Indeed, in Paul’s teaching to the Thessalonians, he noted that the raising of the dead is to occur at the same time as the living Christians of that time are taken to heaven (1 Thess 4: 16-17). This means that if the resurrection of the dead occurred in A.D. 70, then necessarily all Christians on the earth at that time would have gone into the clouds to be with the Lord forever (1 Thess. 4: 17). At this time, if this theory were true, the church on earth would have ceased to exist! Of course, such an eventuality is completely unnoticed by any contemporary source - unsurprising, as of course this event never occurred.

Thus, the general resurrection of the dead as outlined in the Bible has clearly not taken place. The Bible talks of a physical, corporeal resurrection for the dead, accompanied by the glorification of the living saints. These events as they are described in the Bible have clearly not yet taken place.


The fact that Jesus stated he was going to return is not disputed by any who truly believe the Bible. The question at issue is, however, has the Lord already returned (in A.D. 70) or is this event still in the future? We have already noted considerable evidence that proves the resurrection of the dead has not yet taken place, and an examination of Scripture will show that the coming of the Lord will occur at the same time as the resurrection (1 Thess. 4: 16). Thus, even from what has already been discussed, it can be seen that the Lord has not yet come.

However, there are other things which are to take place at the Lord’s return which also have clearly not taken place. Peter teaches that on that day the heavens and the earth shall be destroyed: “But the day of the Lord will come as a thief in the night; in the which the heavens shall pass away with a great noise, and the elements shall melt with fervent heat, the earth also and the works that are therein shall be burned up” (2 Peter 3: 10). Although many have tried for the sake of one false theory or another to deny the clear meaning of this passage, it is evident to all those who read it with an open mind that Peter is teaching that the heavens and the earth will be utterly consumed upon the Lord’s return. Therefore, the very presence of the earth beneath our feet today is clear evidence that the Lord has not returned!

Also, let us consider the teaching of Paul in 2 Thessalonians 2, where he details an apostasy (falling away) that must take place before the Lord returns (2 Thess. 2: 3-8). First of all we notice that this falling away of the “man of sin”, usurping the prerogatives of God (2 Thess. 2: 4) had not yet come into full appearance when Paul wrote 2 Thessalonians (about A.D. 55). We also note that this same apostasy was to be destroyed personally by the Lord at his coming (2 Thess. 2: 8). Certainly, digression and apostasy had entered into the church by A.D. 70, but if we are to believe that Christ’s return was at that date then we must believe that the burgeoning apostasy was destroyed at that time also! One glance at the history of the church after A.D. 70 shows that this is assuredly not the case - the apostasy rather bloomed and flourished after A.D. 70; and, as Paul told us in 2 Thessalonians, will not cease until the Lord destroys it personally at his coming. Those who espouse the A.D. 70 theory have no plausible candidate for the “man of sin”, their own protestations notwithstanding: there is simply no-one involved in the Jewish revolt, either on the Jewish or Roman side, who answers the description given by Paul. It is thus clear that the Lord could not have returned in A.D. 70.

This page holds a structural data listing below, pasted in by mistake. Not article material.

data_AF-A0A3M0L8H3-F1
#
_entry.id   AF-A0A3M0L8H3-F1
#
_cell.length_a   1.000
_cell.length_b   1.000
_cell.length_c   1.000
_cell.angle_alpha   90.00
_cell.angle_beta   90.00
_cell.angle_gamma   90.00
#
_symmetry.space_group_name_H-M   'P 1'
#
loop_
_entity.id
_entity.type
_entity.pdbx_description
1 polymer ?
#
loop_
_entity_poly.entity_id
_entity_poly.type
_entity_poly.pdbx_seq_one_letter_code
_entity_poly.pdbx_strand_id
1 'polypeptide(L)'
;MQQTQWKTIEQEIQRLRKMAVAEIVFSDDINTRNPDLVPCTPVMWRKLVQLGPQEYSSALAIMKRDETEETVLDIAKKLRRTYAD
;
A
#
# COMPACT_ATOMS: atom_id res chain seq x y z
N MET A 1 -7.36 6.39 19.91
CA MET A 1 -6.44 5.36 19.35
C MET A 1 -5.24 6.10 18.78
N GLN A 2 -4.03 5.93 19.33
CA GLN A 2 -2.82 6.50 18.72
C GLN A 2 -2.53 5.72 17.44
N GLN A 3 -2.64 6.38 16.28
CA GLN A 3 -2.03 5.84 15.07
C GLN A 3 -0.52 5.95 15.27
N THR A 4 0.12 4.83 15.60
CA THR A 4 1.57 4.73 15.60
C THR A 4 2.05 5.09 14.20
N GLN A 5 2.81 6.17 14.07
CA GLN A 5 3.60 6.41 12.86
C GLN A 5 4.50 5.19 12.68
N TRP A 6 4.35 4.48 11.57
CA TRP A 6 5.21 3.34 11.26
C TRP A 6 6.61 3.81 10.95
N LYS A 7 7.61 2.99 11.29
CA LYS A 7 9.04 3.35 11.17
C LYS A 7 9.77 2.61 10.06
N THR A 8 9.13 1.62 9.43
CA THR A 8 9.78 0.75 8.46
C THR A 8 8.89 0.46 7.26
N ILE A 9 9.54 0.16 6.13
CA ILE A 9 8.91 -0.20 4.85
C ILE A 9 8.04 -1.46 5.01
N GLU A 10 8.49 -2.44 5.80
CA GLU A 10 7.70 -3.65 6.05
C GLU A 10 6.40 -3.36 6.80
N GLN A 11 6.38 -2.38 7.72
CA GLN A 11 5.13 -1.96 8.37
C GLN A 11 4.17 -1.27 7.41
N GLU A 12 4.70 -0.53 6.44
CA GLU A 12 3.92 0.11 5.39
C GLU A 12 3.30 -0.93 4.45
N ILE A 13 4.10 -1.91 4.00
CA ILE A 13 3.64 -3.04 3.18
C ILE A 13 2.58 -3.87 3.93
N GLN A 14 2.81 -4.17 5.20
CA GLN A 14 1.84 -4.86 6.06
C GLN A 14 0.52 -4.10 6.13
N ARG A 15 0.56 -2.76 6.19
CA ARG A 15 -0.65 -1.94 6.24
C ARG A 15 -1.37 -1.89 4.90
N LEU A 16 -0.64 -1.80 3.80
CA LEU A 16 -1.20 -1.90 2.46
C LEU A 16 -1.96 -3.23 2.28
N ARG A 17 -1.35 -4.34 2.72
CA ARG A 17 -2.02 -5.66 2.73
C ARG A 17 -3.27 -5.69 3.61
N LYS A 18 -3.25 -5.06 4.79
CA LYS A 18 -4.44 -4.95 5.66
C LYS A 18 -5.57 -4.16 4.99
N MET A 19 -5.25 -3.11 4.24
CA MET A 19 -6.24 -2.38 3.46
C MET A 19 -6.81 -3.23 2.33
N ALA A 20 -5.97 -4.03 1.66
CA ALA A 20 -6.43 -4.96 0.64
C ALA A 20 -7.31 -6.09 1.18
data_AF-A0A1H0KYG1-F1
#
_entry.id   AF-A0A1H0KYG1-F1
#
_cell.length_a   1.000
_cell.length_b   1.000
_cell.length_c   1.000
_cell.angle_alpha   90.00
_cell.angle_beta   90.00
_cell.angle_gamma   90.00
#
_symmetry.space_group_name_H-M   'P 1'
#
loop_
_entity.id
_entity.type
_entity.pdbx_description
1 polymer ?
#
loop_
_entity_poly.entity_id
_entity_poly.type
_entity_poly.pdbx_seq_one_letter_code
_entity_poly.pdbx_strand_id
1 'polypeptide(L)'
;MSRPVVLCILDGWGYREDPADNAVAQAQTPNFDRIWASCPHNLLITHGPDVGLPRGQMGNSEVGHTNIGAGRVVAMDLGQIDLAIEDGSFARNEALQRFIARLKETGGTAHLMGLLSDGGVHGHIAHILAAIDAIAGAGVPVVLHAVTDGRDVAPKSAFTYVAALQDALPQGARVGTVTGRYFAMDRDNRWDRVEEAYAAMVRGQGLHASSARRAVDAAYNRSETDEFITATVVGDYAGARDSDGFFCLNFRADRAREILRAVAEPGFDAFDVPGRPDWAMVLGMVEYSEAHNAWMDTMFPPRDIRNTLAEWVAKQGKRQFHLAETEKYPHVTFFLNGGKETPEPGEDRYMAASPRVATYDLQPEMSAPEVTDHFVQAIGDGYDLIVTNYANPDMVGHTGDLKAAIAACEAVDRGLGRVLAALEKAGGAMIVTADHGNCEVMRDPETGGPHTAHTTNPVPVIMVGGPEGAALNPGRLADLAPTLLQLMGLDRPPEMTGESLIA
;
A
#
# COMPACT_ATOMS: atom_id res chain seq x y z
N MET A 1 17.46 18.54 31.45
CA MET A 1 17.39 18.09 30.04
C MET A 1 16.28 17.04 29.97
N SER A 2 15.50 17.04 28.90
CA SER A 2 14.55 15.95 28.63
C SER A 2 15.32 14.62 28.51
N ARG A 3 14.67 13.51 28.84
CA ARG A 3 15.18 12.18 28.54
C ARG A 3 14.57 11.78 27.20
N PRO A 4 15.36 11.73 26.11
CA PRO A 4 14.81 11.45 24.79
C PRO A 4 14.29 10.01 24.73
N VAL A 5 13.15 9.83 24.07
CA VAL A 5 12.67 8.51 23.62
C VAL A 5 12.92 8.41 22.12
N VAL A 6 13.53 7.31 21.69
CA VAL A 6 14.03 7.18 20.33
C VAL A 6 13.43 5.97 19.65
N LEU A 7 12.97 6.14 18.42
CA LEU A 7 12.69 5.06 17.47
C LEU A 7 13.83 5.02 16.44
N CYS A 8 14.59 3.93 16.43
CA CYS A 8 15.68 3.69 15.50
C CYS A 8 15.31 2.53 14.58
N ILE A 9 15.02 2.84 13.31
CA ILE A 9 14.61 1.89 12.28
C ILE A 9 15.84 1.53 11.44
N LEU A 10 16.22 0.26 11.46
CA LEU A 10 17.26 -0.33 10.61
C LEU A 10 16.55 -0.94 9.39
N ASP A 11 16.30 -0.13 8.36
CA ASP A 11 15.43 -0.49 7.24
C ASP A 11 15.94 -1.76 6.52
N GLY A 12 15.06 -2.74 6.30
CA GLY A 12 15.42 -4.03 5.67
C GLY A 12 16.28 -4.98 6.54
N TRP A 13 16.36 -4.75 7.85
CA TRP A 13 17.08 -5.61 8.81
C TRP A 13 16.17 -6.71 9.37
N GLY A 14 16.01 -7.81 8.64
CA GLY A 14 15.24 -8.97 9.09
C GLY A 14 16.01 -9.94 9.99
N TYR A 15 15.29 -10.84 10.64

How, we might ask, can the adherents of this doctrine ignore so much plain Bible teaching on these matters as to support their fanciful theories? The ‘secret’ in fact lies in what the initial promulgator of this doctrine, Max King, described as the ‘key’ to the understanding of Scripture. The basis of this viewpoint is that these “end-time” scriptures are to be understood “spiritually”. By this, the A.D. 70 adherent generally means that the Scriptures which deal with such things as the judgement, the resurrection and the return of the Lord are not to be understood in a literal sense, but in fact are to be taken as symbolic of something else. By this means, they contend, the Scriptures concerning resurrection are to be taken not as referring to a literal resurrection but as describing the church “rising from the grave of Judaism”; the Scriptures talking of judgement are speaking of the judgement that fell upon the Jewish nation in A.D. 70. We might therefore well ask whether this is a reasonable means of interpreting Scripture.